State Machines in Python
stefan_ml at behnel.de
Sat Sep 4 20:46:54 CEST 2010
D'Arcy J.M. Cain, 04.09.2010 20:30:
> On Sat, 04 Sep 2010 13:58:00 -0400
> Roy Smith<roy at panix.com> wrote:
>>> while True:
>>> state = state(data)
>> This is the pattern I've always used. Simple and effective for any
>> state machine which is small enough to code by hand. I generally have
>> my state methods return (next_state, output) tuples, but that's a detail.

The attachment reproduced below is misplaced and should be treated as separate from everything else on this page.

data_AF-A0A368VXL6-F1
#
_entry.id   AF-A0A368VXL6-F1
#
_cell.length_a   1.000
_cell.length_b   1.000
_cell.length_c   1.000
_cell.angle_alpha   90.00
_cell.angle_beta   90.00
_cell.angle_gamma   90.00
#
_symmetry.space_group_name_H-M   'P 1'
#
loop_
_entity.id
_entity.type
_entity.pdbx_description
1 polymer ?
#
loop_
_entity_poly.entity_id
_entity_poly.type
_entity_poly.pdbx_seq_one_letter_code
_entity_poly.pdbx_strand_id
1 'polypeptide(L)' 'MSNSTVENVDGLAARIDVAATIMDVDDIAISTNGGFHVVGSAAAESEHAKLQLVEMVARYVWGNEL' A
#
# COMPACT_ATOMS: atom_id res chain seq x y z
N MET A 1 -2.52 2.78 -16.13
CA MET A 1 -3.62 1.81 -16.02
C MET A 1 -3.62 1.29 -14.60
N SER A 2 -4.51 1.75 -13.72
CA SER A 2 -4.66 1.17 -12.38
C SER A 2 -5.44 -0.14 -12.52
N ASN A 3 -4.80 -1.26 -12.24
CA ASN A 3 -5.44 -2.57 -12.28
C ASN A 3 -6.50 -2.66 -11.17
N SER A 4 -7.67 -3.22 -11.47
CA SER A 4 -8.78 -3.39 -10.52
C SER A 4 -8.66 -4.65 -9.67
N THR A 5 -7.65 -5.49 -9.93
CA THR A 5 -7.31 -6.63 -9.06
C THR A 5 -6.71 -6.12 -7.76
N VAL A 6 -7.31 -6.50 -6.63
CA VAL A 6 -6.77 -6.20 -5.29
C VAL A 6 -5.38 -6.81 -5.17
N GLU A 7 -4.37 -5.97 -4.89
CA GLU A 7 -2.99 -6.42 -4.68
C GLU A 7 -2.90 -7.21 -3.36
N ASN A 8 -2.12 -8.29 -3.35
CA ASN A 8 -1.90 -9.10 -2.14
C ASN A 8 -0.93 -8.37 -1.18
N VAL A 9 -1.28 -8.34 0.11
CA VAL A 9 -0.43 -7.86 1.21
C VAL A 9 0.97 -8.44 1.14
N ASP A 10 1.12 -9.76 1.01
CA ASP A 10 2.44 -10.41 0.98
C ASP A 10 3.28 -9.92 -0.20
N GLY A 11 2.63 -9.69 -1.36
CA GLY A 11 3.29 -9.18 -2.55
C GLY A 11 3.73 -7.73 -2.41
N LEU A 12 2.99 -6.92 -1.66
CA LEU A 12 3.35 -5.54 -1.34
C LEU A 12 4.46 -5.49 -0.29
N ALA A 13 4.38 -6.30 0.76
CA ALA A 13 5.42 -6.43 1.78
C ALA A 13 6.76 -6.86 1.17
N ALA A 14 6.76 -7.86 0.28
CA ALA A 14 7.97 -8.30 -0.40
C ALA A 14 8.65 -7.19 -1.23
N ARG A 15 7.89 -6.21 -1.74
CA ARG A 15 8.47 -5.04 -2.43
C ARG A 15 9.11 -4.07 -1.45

> What is "output" for? Is it a string or something else? What do you
> do with it? Notice that I create a dictionary which is passed around
> so that states can pass whatever information back that they deem useful
> and any state can pick up whatever info it needs. for example, in my
> sample code every state uses the counter but only two states use the
> flag element.
I guess the idea is that each of the states can't arbitrarily modify the
global status (dict) but is restricted to designating a next state and
returning something. So you don't take the risk of introducing side effects
somewhere because all state implementations are pure functions (at least as
far as the state machine itself is concerned).
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